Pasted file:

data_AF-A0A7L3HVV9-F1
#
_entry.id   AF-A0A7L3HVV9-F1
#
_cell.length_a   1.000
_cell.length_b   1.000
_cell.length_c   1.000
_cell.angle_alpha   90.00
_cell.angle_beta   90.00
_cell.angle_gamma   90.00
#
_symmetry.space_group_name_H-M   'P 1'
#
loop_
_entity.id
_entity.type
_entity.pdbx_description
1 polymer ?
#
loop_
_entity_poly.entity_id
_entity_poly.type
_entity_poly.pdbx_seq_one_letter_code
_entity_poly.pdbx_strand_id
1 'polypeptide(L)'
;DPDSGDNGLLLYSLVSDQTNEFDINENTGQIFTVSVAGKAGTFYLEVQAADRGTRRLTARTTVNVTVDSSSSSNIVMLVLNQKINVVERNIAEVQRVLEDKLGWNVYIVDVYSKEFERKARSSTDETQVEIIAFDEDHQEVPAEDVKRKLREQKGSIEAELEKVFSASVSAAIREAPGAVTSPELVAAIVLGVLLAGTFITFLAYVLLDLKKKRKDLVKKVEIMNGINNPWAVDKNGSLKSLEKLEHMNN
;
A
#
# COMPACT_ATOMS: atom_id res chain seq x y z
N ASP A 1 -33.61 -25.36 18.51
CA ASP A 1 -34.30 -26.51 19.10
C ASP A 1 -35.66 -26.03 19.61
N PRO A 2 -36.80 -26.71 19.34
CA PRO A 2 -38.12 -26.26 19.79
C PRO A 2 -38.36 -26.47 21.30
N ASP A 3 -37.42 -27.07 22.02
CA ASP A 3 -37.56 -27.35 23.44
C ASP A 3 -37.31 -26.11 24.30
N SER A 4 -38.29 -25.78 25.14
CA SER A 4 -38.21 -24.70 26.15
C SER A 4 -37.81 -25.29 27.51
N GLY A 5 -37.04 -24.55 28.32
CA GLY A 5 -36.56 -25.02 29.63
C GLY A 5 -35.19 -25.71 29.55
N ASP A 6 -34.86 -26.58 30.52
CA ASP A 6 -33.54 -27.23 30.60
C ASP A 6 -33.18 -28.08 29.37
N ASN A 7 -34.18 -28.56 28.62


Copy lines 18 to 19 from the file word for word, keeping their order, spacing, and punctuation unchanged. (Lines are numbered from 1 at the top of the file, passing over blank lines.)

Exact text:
1 polymer ?
#